Oceano recycling station OK’d

A Santa Maria man will be allowed to put his recycling collection station in Oceano, following a second protracted discussion among San Luis Obispo County planning commissioners and their staff over whether to allow it.

Commissioners had tentatively approved the project at 1755 17th St. a week earlier on a 3-2 vote, over the objections of their planning staff and following an hourlong discussion.

When the Planning and Building Department staff came back Thursday for final approval, they had a new requirement: that the project be considered a commercial business, which needs a building permit. A building permit, in turn, must comply with the Americans with Disabilities Act.

Planners also told applicant Jesus Mendoza that he needed a stationary restroom — not a portable outhouse such as a Porta-Potty — for the worker who would be on the property to deal with recycling customers, as well as a permanent structure.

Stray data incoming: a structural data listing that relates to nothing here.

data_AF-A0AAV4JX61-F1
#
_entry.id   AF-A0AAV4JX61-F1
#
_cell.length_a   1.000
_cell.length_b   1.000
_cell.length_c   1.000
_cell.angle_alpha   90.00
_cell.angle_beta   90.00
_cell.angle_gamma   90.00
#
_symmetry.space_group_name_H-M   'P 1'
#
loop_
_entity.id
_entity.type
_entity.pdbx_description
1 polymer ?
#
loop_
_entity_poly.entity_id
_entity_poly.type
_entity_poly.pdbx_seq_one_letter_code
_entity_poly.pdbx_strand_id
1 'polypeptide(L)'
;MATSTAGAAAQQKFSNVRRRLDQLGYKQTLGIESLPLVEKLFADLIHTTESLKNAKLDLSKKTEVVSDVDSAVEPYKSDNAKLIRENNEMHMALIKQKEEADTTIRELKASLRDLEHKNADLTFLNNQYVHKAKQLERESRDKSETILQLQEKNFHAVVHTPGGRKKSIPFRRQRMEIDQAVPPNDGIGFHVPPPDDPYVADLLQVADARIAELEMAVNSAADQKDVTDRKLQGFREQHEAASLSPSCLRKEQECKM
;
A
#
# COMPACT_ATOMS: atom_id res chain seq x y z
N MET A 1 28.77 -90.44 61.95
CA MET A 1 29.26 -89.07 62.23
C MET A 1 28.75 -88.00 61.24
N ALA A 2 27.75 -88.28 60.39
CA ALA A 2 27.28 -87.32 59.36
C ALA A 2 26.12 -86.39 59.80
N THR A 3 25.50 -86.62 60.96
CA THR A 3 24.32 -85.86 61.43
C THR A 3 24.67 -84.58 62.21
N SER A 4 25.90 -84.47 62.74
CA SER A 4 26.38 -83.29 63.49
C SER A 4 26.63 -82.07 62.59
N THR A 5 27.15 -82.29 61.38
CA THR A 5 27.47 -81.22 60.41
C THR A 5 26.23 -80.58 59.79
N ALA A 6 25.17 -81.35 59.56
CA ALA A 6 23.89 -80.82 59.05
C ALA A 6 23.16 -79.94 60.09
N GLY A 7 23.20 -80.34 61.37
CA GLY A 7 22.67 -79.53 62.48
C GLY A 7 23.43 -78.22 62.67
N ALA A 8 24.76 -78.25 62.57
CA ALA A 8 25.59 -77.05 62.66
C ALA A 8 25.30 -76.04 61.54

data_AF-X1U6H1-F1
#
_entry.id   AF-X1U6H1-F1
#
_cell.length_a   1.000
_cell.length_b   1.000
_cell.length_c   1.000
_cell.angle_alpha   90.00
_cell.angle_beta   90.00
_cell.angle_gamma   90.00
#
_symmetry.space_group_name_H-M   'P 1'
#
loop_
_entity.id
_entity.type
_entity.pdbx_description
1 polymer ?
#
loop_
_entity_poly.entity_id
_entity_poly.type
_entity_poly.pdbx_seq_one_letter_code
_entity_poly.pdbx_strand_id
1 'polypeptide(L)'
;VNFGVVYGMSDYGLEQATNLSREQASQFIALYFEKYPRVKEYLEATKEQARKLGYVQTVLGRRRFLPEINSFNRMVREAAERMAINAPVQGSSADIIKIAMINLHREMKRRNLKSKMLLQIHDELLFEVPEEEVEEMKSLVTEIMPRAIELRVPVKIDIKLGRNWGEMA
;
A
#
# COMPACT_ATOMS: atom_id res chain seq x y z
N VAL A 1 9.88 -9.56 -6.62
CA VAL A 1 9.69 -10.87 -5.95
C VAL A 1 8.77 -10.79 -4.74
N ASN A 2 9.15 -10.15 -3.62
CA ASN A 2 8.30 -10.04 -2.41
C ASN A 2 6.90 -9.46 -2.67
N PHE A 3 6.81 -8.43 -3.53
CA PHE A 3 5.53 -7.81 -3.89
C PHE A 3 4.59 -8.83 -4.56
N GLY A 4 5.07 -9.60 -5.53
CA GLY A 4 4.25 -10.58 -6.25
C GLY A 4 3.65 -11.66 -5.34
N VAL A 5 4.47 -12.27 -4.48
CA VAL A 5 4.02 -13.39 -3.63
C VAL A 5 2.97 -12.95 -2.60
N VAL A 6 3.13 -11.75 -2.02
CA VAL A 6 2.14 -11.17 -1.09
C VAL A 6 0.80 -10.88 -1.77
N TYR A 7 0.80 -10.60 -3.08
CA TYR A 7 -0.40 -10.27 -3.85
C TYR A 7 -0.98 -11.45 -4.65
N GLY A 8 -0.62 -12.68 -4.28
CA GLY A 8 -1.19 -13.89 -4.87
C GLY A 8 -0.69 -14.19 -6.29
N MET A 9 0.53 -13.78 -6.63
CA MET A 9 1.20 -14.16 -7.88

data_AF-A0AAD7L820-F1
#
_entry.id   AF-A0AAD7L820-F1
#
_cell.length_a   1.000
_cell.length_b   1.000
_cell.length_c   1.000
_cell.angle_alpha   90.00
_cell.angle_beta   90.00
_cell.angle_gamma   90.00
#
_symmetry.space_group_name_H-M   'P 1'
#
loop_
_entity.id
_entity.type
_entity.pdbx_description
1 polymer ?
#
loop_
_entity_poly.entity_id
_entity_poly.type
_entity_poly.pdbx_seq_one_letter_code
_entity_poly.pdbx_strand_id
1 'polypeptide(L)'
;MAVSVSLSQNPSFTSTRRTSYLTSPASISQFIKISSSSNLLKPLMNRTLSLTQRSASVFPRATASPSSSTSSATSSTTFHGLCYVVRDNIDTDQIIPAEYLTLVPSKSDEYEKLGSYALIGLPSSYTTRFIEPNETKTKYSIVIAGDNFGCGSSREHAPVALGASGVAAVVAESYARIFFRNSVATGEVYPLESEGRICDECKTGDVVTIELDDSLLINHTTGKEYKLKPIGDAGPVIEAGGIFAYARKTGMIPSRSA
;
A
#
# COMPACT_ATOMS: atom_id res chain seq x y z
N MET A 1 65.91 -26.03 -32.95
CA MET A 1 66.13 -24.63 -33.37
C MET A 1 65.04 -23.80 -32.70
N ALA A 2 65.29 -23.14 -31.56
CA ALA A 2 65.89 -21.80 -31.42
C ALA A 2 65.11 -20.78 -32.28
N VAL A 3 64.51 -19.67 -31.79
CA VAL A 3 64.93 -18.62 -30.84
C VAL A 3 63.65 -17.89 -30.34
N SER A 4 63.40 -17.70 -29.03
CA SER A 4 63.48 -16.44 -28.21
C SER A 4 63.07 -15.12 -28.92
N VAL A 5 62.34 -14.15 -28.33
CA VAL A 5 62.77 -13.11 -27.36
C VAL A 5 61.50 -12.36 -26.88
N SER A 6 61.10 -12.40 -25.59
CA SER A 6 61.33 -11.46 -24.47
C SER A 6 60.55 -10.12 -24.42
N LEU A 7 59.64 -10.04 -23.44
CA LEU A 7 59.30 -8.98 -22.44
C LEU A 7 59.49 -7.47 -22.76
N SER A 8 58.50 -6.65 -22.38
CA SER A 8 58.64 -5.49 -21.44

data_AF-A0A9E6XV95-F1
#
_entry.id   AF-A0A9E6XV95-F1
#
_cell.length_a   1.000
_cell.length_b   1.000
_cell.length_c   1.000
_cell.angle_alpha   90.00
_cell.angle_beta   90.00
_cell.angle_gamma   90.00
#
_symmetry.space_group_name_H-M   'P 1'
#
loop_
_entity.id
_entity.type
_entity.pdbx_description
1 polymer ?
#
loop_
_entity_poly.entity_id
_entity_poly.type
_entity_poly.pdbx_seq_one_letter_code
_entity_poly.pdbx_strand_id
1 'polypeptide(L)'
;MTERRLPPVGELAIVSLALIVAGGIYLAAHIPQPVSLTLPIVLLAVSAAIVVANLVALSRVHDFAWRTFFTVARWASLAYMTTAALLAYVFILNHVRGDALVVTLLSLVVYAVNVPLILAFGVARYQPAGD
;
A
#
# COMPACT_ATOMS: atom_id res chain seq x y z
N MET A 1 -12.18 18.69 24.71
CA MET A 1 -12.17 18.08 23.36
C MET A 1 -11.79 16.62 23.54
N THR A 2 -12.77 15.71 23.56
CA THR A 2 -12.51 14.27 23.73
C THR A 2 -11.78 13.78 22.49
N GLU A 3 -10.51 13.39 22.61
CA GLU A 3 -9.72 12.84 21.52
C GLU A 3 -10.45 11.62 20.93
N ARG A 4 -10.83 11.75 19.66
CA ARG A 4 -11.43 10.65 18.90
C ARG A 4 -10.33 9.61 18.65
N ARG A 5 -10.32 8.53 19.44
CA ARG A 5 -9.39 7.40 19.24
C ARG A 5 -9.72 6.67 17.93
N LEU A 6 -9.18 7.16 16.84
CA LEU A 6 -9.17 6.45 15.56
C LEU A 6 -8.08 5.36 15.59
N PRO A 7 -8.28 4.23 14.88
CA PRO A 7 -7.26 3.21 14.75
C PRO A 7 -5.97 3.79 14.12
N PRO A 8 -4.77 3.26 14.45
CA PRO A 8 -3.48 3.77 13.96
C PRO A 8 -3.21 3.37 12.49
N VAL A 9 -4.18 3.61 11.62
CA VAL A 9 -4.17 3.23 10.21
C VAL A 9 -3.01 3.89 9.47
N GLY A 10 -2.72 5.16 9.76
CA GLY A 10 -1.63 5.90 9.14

All of that was new to Mendoza, whose spokesman, architect Steve Rigor, said it could price him out of the project.

“This is simply a small business seeking to expand,” Rigor said, adding that the new requirements “would make this not feasible.”

Rigor said the staff kept changing its position on the project.

Planners said they had not explored the question earlier of whether the recycling operation needed a building permit because they expected the commission to accept their recommendation to turn down the project.

Commissioner Ken Topping warned that the commission and observers should not “trivialize this as an unnecessary regulatory process. This is a nation of laws, and we need to respect the laws.”

Commissioners held off making a final decision Thursday morning, instead telling the planning staff to work with Mendoza and come back with a plan by the end of the day that solved the apparent contradictions.

Led by planner Bill Robeson, county planners returned in late afternoon with a plan that discarded the building permit requirement.

Mendoza was allowed to install his business, but will need to come back in two years with a proposal for a more permanent operation.